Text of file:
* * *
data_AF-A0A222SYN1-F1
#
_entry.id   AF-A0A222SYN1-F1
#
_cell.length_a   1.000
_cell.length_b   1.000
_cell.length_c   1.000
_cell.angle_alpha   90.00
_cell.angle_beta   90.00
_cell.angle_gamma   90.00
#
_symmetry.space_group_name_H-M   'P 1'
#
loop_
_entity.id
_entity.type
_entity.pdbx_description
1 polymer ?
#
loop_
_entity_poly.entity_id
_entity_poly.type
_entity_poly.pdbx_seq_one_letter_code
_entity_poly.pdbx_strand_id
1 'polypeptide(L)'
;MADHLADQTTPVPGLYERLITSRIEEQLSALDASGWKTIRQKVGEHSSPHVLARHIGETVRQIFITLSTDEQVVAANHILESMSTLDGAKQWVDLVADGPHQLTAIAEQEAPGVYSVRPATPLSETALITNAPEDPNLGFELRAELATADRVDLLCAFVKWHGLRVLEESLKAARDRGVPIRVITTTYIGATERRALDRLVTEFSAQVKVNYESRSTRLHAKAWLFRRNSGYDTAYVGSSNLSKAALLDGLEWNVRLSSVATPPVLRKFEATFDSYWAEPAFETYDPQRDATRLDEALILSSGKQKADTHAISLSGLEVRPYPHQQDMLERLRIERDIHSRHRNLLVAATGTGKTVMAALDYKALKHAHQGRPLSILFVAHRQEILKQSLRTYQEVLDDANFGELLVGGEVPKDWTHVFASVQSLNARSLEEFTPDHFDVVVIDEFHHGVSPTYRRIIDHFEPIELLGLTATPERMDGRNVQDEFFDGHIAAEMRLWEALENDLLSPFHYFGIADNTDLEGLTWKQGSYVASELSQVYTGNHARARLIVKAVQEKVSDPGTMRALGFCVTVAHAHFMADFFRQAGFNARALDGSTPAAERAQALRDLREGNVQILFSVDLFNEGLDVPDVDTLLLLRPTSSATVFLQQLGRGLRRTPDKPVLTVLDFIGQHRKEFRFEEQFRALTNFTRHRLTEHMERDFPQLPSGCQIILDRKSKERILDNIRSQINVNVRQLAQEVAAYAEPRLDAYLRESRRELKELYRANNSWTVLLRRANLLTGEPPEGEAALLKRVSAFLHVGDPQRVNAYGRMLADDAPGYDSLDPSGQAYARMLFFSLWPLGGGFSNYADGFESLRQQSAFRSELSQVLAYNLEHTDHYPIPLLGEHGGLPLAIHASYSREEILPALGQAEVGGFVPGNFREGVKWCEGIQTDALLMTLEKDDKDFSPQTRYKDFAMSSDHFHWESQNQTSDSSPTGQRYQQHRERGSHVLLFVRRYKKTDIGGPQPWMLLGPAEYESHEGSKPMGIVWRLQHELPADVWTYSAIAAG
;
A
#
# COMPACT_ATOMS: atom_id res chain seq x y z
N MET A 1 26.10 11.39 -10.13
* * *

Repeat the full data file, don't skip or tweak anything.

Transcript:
data_AF-A0A222SYN1-F1
#
_entry.id   AF-A0A222SYN1-F1
#
_cell.length_a   1.000
_cell.length_b   1.000
_cell.length_c   1.000
_cell.angle_alpha   90.00
_cell.angle_beta   90.00
_cell.angle_gamma   90.00
#
_symmetry.space_group_name_H-M   'P 1'
#
loop_
_entity.id
_entity.type
_entity.pdbx_description
1 polymer ?
#
loop_
_entity_poly.entity_id
_entity_poly.type
_entity_poly.pdbx_seq_one_letter_code
_entity_poly.pdbx_strand_id
1 'polypeptide(L)'
;MADHLADQTTPVPGLYERLITSRIEEQLSALDASGWKTIRQKVGEHSSPHVLARHIGETVRQIFITLSTDEQVVAANHILESMSTLDGAKQWVDLVADGPHQLTAIAEQEAPGVYSVRPATPLSETALITNAPEDPNLGFELRAELATADRVDLLCAFVKWHGLRVLEESLKAARDRGVPIRVITTTYIGATERRALDRLVTEFSAQVKVNYESRSTRLHAKAWLFRRNSGYDTAYVGSSNLSKAALLDGLEWNVRLSSVATPPVLRKFEATFDSYWAEPAFETYDPQRDATRLDEALILSSGKQKADTHAISLSGLEVRPYPHQQDMLERLRIERDIHSRHRNLLVAATGTGKTVMAALDYKALKHAHQGRPLSILFVAHRQEILKQSLRTYQEVLDDANFGELLVGGEVPKDWTHVFASVQSLNARSLEEFTPDHFDVVVIDEFHHGVSPTYRRIIDHFEPIELLGLTATPERMDGRNVQDEFFDGHIAAEMRLWEALENDLLSPFHYFGIADNTDLEGLTWKQGSYVASELSQVYTGNHARARLIVKAVQEKVSDPGTMRALGFCVTVAHAHFMADFFRQAGFNARALDGSTPAAERAQALRDLREGNVQILFSVDLFNEGLDVPDVDTLLLLRPTSSATVFLQQLGRGLRRTPDKPVLTVLDFIGQHRKEFRFEEQFRALTNFTRHRLTEHMERDFPQLPSGCQIILDRKSKERILDNIRSQINVNVRQLAQEVAAYAEPRLDAYLRESRRELKELYRANNSWTVLLRRANLLTGEPPEGEAALLKRVSAFLHVGDPQRVNAYGRMLADDAPGYDSLDPSGQAYARMLFFSLWPLGGGFSNYADGFESLRQQSAFRSELSQVLAYNLEHTDHYPIPLLGEHGGLPLAIHASYSREEILPALGQAEVGGFVPGNFREGVKWCEGIQTDALLMTLEKDDKDFSPQTRYKDFAMSSDHFHWESQNQTSDSSPTGQRYQQHRERGSHVLLFVRRYKKTDIGGPQPWMLLGPAEYESHEGSKPMGIVWRLQHELPADVWTYSAIAAG
;
A
#
# COMPACT_ATOMS: atom_id res chain seq x y z
N MET A 1 26.10 11.39 -10.13